Towards an ‘improved understanding' of migrancy, refugeeism and xenophobia
This week South African President Jacob Zuma reminded South Africans that "an improved understanding of the plight of refugees" was necessary to strengthen human rights in South Africa. Zuma's address took place at Pretoria's Freedom Park during South Africa's Day of Reconciliation festivities on the 16th of December 2009.
In keeping with this message, SAHA focuses on the 18th of December, the United Nations' International Migrants Day, which was established in 2000 to commemorate the 1990 adoption of the International Convention on the Protection of the Rights of All Migrant workers and Members of Their Families.
With alleged corruption in the Department of Home Affairs, and inhumane conditions and treatment in transit camps such as the (now closed) notorious Lindela camp in the West Rand in Gauteng, the post-apartheid government has made relatively little progress in its official policy relating to foreign nationals, especially displaced persons. The poor treatment of migrants has been exacerbated by the growing stream of refugees from neighbouring states, particularly Zimbabwe - where state-sanctioned terror, land grabs and mass unemployment have left many with no options but to seek resources beyond their borders.
No one is illegal
The seething umbrage of xenophobic sentiment amongst South Africans reached a new low between May and June 2008, when a wave of violence aimed at foreigners swept the country. At least fifty people were killed, and hundreds of thousands were displaced. Across South Africa's varied landscape, the virulence of pogrom-style attacks on foreign nationals made international headlines.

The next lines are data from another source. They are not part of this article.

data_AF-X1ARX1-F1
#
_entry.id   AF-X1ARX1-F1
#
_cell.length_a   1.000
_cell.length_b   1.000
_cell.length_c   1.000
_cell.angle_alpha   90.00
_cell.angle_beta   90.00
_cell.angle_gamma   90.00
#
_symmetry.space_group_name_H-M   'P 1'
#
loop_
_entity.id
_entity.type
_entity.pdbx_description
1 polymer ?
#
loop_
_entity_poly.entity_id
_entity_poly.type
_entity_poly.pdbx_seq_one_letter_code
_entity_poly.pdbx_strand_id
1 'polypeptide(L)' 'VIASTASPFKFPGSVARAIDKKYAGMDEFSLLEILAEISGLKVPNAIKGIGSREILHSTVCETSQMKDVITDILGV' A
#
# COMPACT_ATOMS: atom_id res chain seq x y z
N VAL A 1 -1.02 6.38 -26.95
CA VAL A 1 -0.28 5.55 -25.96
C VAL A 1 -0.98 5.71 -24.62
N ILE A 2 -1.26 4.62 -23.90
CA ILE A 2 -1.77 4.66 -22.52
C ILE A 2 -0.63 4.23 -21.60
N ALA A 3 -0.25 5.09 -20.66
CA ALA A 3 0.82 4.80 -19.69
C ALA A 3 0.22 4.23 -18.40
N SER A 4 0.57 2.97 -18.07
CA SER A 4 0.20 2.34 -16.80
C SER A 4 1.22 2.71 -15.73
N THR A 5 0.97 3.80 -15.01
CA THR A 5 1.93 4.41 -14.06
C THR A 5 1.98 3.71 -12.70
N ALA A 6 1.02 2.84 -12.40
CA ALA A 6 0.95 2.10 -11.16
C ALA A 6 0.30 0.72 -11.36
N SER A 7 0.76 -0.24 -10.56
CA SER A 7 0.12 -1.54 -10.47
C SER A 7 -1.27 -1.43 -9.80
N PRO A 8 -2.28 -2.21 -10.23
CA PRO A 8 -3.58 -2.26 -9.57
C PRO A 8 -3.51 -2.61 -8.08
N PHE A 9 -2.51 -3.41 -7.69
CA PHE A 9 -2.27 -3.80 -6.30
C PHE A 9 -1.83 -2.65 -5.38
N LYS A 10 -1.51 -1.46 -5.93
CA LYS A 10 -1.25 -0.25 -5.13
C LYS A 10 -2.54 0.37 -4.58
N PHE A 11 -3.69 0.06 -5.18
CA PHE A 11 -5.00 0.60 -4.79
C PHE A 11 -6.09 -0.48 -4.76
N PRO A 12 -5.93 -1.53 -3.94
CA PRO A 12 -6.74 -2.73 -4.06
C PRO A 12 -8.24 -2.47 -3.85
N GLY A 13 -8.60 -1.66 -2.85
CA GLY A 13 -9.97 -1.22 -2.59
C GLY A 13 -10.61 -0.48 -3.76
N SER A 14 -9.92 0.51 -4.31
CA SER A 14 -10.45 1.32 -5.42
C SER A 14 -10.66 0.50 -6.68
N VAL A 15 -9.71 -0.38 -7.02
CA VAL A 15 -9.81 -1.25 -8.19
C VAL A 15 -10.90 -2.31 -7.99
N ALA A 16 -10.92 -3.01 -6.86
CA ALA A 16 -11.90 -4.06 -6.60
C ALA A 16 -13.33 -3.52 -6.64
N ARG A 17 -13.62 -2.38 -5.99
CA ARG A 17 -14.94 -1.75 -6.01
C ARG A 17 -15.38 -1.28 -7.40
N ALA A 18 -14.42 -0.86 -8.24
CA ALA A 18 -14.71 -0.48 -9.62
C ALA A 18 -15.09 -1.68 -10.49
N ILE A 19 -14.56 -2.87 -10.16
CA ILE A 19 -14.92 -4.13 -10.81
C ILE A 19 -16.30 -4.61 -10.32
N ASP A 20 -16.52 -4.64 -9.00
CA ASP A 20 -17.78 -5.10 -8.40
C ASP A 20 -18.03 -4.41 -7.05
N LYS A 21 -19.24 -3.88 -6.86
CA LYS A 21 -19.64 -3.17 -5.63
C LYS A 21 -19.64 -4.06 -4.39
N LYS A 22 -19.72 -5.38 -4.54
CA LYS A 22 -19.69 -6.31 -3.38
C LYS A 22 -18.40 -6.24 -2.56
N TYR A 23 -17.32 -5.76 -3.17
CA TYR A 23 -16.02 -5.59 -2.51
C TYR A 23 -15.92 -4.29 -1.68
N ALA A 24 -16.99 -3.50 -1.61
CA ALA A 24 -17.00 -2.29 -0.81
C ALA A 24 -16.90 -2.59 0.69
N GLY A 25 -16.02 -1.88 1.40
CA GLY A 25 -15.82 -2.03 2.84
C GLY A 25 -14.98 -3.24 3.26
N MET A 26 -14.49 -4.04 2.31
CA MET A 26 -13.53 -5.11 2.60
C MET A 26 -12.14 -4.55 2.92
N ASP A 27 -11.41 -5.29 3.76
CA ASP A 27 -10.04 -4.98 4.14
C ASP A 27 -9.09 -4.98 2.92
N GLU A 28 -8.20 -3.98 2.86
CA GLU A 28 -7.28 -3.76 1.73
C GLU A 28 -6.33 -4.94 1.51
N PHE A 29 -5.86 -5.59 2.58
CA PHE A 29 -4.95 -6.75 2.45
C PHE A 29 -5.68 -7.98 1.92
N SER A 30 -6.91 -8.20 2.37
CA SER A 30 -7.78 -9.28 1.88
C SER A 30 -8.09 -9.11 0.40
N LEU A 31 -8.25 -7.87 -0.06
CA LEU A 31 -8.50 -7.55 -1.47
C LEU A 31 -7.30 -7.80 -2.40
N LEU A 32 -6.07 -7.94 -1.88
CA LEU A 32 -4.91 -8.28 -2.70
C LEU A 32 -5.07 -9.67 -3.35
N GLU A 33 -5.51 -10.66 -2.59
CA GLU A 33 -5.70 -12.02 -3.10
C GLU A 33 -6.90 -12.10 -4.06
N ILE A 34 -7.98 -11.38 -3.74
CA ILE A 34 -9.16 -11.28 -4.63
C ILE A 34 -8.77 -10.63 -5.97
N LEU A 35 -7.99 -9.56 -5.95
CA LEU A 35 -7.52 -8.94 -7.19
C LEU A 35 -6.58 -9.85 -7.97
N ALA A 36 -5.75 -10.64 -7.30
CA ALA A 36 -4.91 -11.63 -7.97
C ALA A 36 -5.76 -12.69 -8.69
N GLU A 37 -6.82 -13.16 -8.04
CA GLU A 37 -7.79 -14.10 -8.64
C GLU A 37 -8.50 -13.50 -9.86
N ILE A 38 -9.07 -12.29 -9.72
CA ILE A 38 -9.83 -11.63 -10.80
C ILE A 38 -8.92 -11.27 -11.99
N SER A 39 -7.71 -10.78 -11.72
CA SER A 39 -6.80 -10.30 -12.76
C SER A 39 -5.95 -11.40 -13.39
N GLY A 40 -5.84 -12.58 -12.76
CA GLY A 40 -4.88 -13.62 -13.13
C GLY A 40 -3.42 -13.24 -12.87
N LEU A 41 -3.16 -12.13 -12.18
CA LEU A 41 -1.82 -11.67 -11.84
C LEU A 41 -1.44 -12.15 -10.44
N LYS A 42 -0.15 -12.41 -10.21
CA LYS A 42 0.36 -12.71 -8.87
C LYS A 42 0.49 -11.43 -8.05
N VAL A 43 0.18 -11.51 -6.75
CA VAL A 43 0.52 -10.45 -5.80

Many South Africans decry the influx of foreign migrants, perceiving them to threaten access to employment, housing and other services. This commonly held view negates the fact that South African urban culture was essentially founded on the migrant labour system. The transcience and insecurity of the system was a key ingredient in the melting pot of turn-of-the-century Johannesburg, and ultimately precipitated the rapid processes of South African urbanisation and industrialisation.
The myth of South African exceptionalism
One of the major misconceptions of South African migrancy patterns is that they have changed, or somehow ceased, since the dissembling of influx control measures in the 1980s, and especially since 1994. Another misconception is that migrancy is a one-sided process in Southern Africa; in contemporary South African democracy, it has become all to easy to forget that many South Africans have been reduced to the status of refugees in the recent past.
South Africa now hosts the highest number of migrants in the region. More attention needs to be given to these people as victims of a vicious circle of dispossession. Refugees need to be understood not simply as migrants, but as people who are likely traumatised, disoriented and distressed, having lost the security and support of their familiar home environments.
For more on issues of migrancy, influx control, xenophobia and refugeeism, please refer to the following SAHA Collections:
AL2878 - Freedom of Information Programme (FOIP) Collection
AL2461 - SAHA Exiles Collection
AL3265 - Zenzo Nkobi Photograph Collection
AL2184 - Neil Coleman Collection
As part of SAHA's mandate to represent the hidden histories of South Africa's dispossessed and marginalised, it is important to strengthen our collection of archival material related to the problem of xenophobia. We are especially keen to expand our collection of documents, posters and ephemera related to the 2008 xenophobic outbreaks. If you have any original material related to migration, refugeeism and xenophobia that you would like to donate to SAHA, please contact Archives at SAHA.